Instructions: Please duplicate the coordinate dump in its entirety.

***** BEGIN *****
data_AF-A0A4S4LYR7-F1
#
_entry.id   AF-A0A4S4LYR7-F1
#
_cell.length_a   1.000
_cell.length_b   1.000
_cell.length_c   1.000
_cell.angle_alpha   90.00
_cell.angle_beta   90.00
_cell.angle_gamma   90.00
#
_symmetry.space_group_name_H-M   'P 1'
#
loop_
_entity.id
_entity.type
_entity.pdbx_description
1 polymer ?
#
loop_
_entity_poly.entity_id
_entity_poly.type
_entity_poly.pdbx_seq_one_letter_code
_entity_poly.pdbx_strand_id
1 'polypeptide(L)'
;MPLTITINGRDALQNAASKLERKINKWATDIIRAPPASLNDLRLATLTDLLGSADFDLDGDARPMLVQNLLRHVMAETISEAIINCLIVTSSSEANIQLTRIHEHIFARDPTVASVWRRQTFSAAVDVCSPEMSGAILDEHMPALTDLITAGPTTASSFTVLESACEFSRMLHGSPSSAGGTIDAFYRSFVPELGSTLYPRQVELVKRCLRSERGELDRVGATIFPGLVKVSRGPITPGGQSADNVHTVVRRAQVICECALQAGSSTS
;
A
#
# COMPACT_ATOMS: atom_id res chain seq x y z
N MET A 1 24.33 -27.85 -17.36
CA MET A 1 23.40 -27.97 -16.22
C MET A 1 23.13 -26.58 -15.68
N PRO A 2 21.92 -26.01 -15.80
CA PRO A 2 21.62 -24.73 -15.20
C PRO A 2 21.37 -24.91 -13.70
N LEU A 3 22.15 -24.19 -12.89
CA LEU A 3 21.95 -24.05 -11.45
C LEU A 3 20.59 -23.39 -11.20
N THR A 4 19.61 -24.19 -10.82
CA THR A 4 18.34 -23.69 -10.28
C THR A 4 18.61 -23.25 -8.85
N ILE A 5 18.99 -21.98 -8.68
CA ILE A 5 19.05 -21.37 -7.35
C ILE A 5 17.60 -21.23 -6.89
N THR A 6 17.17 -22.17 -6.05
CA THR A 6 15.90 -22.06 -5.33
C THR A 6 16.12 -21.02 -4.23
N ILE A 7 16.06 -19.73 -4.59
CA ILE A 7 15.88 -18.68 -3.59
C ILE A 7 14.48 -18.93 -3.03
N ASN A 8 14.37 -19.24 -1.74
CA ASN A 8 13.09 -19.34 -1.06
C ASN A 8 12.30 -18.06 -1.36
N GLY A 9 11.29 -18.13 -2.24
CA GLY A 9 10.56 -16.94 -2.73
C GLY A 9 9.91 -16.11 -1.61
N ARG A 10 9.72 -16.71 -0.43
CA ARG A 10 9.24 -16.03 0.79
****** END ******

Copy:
data_AF-A0A4S4LYR7-F1
#
_entry.id   AF-A0A4S4LYR7-F1
#
_cell.length_a   1.000
_cell.length_b   1.000
_cell.length_c   1.000
_cell.angle_alpha   90.00
_cell.angle_beta   90.00
_cell.angle_gamma   90.00
#
_symmetry.space_group_name_H-M   'P 1'
#
loop_
_entity.id
_entity.type
_entity.pdbx_description
1 polymer ?
#
loop_
_entity_poly.entity_id
_entity_poly.type
_entity_poly.pdbx_seq_one_letter_code
_entity_poly.pdbx_strand_id
1 'polypeptide(L)'
;MPLTITINGRDALQNAASKLERKINKWATDIIRAPPASLNDLRLATLTDLLGSADFDLDGDARPMLVQNLLRHVMAETISEAIINCLIVTSSSEANIQLTRIHEHIFARDPTVASVWRRQTFSAAVDVCSPEMSGAILDEHMPALTDLITAGPTTASSFTVLESACEFSRMLHGSPSSAGGTIDAFYRSFVPELGSTLYPRQVELVKRCLRSERGELDRVGATIFPGLVKVSRGPITPGGQSADNVHTVVRRAQVICECALQAGSSTS
;
A
#
# COMPACT_ATOMS: atom_id res chain seq x y z
N MET A 1 24.33 -27.85 -17.36
CA MET A 1 23.40 -27.97 -16.22
C MET A 1 23.13 -26.58 -15.68
N PRO A 2 21.92 -26.01 -15.80
CA PRO A 2 21.62 -24.73 -15.20
C PRO A 2 21.37 -24.91 -13.70
N LEU A 3 22.15 -24.19 -12.89
CA LEU A 3 21.95 -24.05 -11.45
C LEU A 3 20.59 -23.39 -11.20
N THR A 4 19.61 -24.19 -10.82
CA THR A 4 18.34 -23.69 -10.28
C THR A 4 18.61 -23.25 -8.85
N ILE A 5 18.99 -21.98 -8.68
CA ILE A 5 19.05 -21.37 -7.35
C ILE A 5 17.60 -21.23 -6.89
N THR A 6 17.17 -22.17 -6.05
CA THR A 6 15.90 -22.06 -5.33
C THR A 6 16.12 -21.02 -4.23
N ILE A 7 16.06 -19.73 -4.59
CA ILE A 7 15.88 -18.68 -3.59
C ILE A 7 14.48 -18.93 -3.03
N ASN A 8 14.37 -19.24 -1.74
CA ASN A 8 13.09 -19.34 -1.06
C ASN A 8 12.30 -18.06 -1.36
N GLY A 9 11.29 -18.13 -2.24
CA GLY A 9 10.56 -16.94 -2.73
C GLY A 9 9.91 -16.11 -1.61
N ARG A 10 9.72 -16.71 -0.43
CA ARG A 10 9.24 -16.03 0.79